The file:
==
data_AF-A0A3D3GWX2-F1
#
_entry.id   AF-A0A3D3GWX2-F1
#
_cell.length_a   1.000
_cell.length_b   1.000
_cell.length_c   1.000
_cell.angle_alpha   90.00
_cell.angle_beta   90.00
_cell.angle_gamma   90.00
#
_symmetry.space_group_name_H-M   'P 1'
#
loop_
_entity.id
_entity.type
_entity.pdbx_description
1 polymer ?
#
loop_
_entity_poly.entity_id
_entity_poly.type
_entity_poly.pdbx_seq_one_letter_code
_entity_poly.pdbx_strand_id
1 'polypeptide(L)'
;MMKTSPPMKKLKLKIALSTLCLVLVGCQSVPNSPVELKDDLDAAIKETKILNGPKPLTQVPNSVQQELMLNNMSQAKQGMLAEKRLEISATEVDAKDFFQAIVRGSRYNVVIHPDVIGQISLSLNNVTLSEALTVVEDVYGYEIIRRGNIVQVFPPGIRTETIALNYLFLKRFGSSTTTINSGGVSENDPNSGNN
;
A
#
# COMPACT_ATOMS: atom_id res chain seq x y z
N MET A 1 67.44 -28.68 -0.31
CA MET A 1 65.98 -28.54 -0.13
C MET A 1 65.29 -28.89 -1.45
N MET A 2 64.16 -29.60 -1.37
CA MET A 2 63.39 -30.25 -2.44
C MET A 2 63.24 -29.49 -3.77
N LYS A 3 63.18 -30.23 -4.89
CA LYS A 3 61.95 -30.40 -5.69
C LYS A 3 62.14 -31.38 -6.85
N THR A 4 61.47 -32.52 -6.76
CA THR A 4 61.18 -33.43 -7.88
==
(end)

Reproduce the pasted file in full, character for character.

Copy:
data_AF-A0A3D3GWX2-F1
#
_entry.id   AF-A0A3D3GWX2-F1
#
_cell.length_a   1.000
_cell.length_b   1.000
_cell.length_c   1.000
_cell.angle_alpha   90.00
_cell.angle_beta   90.00
_cell.angle_gamma   90.00
#
_symmetry.space_group_name_H-M   'P 1'
#
loop_
_entity.id
_entity.type
_entity.pdbx_description
1 polymer ?
#
loop_
_entity_poly.entity_id
_entity_poly.type
_entity_poly.pdbx_seq_one_letter_code
_entity_poly.pdbx_strand_id
1 'polypeptide(L)'
;MMKTSPPMKKLKLKIALSTLCLVLVGCQSVPNSPVELKDDLDAAIKETKILNGPKPLTQVPNSVQQELMLNNMSQAKQGMLAEKRLEISATEVDAKDFFQAIVRGSRYNVVIHPDVIGQISLSLNNVTLSEALTVVEDVYGYEIIRRGNIVQVFPPGIRTETIALNYLFLKRFGSSTTTINSGGVSENDPNSGNN
;
A
#
# COMPACT_ATOMS: atom_id res chain seq x y z
N MET A 1 67.44 -28.68 -0.31
CA MET A 1 65.98 -28.54 -0.13
C MET A 1 65.29 -28.89 -1.45
N MET A 2 64.16 -29.60 -1.37
CA MET A 2 63.39 -30.25 -2.44
C MET A 2 63.24 -29.49 -3.77
N LYS A 3 63.18 -30.23 -4.89
CA LYS A 3 61.95 -30.40 -5.69
C LYS A 3 62.14 -31.38 -6.85
N THR A 4 61.47 -32.52 -6.76
CA THR A 4 61.18 -33.43 -7.88